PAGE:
Spikes are no match against Japan’s supercats!

Before I moved to Japan I had no idea cat-deterrent spikes (called neko-yoke no togetoge in Japanese) were a thing, but plastic spikes are commonly sold at 100-yen shops and can be seen around neighborhoods here, along the tops of fences, in front yard gardens, on top of air conditioning units – basically anywhere people don’t want outdoor cats loitering about. They are also effective in keeping indoor cats off of certain furnishings or out of other out-of-bounds areas of the house.

Or, at least, it used to be effective. But it seems that cats here have become immune to the spikes, gradually building up a resistance to the prickliness, if these accounts on Twitter are any indication.

We can see in some cats a neutral reaction to the presence of spikes, working their way around them and at times even accepting some direct contact.

“Kitty trying so hard to get the tuna on top of the cat deterrent.”

“Ummm, what does cat deterrent mean again?”

“Cat-deterring spikes from the 100-yen store. My cat doesn’t seem to mind them.”

“Look at this. We’ve grown to love him but when he first started appearing my mom put these spikes down, and he just calmly walked through them.”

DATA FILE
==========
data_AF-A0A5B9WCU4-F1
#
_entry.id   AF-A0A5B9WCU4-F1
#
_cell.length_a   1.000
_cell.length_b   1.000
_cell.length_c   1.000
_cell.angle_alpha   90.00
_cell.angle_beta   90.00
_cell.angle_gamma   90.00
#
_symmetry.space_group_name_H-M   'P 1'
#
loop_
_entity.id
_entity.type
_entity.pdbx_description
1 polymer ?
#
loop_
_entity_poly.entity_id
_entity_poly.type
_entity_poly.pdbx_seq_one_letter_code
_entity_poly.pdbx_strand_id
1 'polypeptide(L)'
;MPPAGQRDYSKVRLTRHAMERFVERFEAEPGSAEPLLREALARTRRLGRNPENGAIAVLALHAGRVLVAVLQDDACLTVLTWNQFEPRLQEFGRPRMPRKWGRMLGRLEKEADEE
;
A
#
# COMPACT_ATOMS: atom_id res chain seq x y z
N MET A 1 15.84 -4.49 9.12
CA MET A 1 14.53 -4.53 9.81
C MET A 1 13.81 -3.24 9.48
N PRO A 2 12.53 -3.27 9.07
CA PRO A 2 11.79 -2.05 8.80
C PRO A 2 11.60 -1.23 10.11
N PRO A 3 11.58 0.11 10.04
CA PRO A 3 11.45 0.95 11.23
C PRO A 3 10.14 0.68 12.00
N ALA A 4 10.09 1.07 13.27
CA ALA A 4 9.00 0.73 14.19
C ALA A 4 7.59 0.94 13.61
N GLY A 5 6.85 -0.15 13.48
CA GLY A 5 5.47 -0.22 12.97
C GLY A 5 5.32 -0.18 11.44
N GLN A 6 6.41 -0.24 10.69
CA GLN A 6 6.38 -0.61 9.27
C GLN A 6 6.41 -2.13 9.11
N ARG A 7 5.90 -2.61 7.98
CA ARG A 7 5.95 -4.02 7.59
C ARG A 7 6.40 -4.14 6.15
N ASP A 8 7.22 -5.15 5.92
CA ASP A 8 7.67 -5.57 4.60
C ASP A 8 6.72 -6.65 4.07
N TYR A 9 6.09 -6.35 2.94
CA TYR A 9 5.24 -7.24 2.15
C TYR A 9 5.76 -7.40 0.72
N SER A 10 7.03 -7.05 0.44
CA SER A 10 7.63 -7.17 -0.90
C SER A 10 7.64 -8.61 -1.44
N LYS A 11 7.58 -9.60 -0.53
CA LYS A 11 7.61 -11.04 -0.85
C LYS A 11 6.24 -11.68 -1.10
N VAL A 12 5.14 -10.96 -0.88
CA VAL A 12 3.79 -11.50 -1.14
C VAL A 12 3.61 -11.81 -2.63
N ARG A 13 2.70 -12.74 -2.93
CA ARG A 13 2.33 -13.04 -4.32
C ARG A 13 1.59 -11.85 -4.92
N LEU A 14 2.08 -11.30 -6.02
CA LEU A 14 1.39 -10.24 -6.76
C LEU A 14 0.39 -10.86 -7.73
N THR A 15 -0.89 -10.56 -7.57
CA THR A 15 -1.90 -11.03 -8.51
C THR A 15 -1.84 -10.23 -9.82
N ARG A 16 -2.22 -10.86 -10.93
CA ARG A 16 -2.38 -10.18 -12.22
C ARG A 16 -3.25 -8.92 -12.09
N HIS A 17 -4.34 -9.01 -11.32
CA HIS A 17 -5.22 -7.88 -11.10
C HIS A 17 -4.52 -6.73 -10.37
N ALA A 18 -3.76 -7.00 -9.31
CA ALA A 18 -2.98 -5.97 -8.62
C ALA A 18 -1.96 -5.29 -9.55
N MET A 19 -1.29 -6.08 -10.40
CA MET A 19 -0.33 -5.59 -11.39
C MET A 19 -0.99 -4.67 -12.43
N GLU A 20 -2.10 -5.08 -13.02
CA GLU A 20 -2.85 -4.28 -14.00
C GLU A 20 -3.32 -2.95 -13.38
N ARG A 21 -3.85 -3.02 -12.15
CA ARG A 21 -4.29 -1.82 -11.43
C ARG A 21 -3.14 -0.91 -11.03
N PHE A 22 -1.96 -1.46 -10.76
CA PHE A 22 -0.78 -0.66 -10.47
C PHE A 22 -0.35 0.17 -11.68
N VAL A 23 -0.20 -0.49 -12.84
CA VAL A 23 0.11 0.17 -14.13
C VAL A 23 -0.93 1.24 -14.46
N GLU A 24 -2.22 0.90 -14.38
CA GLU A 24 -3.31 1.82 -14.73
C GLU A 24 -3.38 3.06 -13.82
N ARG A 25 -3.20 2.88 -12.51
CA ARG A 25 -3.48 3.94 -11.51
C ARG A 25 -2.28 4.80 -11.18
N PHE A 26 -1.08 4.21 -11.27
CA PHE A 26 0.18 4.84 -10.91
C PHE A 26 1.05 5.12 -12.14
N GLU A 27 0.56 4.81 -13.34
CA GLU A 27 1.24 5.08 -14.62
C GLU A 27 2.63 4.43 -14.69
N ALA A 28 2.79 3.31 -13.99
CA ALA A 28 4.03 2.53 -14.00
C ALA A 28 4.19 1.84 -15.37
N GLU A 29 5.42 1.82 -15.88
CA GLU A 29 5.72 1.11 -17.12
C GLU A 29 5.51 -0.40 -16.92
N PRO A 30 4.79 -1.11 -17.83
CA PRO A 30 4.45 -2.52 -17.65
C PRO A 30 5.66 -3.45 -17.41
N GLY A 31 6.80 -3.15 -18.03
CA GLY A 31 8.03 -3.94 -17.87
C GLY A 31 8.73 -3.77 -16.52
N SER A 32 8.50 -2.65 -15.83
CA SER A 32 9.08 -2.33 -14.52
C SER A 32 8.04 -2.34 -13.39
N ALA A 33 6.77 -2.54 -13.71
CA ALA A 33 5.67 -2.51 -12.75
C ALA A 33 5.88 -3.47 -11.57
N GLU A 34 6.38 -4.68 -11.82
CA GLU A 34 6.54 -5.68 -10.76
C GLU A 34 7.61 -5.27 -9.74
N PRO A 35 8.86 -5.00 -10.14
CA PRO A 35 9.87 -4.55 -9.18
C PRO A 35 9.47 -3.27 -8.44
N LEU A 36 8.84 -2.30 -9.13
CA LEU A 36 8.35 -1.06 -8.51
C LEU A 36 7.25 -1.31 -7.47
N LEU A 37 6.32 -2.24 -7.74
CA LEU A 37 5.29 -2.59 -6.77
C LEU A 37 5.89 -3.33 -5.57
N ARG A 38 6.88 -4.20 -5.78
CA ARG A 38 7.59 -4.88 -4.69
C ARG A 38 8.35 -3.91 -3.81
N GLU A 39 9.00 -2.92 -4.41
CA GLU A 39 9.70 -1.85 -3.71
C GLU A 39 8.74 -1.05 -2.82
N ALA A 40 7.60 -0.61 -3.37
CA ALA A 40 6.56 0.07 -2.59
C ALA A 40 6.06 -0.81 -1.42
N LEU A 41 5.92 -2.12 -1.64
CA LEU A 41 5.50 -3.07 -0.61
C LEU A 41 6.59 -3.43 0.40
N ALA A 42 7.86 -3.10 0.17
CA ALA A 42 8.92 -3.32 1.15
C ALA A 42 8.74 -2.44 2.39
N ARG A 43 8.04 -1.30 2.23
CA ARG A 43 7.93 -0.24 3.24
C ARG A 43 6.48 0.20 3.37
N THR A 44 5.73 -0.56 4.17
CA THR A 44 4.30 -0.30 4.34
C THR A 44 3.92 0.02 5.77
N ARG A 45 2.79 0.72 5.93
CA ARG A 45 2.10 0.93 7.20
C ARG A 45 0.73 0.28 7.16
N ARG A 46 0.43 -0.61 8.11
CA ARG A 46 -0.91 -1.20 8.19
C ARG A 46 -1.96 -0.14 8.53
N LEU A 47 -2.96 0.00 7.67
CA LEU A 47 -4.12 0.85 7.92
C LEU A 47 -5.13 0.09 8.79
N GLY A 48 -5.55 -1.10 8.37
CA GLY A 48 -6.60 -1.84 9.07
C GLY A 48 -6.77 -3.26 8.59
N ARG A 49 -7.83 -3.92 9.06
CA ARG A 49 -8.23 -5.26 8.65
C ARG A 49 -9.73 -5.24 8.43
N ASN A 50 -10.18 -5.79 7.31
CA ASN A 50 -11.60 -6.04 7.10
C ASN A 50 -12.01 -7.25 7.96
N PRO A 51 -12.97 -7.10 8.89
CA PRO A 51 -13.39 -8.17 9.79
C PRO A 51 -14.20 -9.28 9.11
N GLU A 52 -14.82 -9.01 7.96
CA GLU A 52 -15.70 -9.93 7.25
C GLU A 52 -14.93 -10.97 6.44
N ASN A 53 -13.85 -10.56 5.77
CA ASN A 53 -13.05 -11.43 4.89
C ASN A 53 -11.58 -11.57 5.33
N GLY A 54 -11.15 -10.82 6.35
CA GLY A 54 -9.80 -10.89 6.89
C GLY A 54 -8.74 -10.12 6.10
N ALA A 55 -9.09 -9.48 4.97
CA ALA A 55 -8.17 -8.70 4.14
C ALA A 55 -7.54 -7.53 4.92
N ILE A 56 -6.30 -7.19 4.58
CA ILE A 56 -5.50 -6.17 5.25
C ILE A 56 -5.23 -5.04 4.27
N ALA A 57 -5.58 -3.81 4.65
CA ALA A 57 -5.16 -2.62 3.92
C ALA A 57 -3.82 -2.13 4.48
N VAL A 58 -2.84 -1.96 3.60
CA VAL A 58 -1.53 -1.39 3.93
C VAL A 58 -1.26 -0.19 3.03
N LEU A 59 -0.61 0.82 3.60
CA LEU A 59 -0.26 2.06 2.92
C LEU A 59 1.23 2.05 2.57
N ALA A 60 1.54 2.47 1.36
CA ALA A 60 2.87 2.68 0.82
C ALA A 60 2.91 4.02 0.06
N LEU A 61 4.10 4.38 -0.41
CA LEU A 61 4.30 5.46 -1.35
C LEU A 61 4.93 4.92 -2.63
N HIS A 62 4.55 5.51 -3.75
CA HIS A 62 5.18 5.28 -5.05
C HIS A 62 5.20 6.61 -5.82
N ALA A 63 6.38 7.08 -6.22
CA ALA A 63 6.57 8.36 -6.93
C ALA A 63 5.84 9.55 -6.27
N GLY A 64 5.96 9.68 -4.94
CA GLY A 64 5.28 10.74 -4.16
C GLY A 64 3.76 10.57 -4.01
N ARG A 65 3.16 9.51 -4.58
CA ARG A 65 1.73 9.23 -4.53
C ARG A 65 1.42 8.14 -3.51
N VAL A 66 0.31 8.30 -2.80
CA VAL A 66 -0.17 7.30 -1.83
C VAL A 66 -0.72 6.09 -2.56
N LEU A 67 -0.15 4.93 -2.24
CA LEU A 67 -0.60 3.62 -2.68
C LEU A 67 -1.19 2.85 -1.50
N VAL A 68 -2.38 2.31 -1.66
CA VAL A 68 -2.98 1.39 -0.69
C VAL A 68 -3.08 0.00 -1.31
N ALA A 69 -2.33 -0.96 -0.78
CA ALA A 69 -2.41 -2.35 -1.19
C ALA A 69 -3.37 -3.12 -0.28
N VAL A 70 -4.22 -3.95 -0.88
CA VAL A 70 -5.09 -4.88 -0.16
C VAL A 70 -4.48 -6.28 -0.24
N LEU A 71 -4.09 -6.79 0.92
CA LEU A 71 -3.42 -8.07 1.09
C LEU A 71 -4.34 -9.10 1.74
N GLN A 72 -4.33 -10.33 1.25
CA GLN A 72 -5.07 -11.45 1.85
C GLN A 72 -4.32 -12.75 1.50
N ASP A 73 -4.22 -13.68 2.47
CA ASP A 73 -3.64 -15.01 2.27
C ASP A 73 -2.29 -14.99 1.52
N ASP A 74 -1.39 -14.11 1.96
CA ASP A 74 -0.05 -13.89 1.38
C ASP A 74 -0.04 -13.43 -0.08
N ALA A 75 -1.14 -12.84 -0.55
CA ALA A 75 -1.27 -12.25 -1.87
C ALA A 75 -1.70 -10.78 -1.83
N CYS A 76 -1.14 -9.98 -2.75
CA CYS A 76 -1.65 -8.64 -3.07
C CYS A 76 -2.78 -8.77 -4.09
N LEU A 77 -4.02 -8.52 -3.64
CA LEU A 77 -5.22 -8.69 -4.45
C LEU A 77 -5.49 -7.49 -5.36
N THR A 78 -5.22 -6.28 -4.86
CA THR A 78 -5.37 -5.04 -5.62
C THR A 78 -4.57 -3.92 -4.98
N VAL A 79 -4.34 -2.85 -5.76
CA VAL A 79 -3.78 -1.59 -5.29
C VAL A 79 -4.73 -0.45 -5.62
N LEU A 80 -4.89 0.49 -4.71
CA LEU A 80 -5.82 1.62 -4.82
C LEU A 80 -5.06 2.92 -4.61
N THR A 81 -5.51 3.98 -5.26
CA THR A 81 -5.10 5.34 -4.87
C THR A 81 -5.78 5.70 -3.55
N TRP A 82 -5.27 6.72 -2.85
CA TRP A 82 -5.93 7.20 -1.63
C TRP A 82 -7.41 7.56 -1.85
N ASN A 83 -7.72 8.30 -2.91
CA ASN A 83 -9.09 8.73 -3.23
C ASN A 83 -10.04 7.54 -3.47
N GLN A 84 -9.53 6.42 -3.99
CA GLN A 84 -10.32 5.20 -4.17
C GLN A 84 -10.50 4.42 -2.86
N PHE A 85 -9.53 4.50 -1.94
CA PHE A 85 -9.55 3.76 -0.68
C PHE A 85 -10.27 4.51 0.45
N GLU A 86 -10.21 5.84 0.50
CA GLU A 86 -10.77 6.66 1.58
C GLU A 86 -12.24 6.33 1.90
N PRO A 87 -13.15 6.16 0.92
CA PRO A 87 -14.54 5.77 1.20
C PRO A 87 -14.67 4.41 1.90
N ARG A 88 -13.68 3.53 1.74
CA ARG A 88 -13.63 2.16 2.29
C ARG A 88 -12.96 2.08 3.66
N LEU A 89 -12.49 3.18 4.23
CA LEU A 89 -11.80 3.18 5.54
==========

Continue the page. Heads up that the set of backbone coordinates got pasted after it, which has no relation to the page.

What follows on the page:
There have even been signs that some cats may even enjoy contact with the plastic spikes.

“My mom bought spikes to keep the cats away. I touched it and it was pretty painful, but the cats don’t seem to mind it at all.”

“Yes… They’re sitting right on top of the cat deterrent.”

It is likely due to prolonged exposure to the spikes over generations that the cats of Japan are mutating into supercats as a method of survival. Prolonged exposure to humans seems to be affecting the cat population as well, with sightings of cats working in office environments and wearing kimono. Since the only real side effect of this is cuteness in more places, no one seems to be too worried about a potential outbreak.

Source: NAVER Matome 
Featured image: Twitter/@kisuketyatya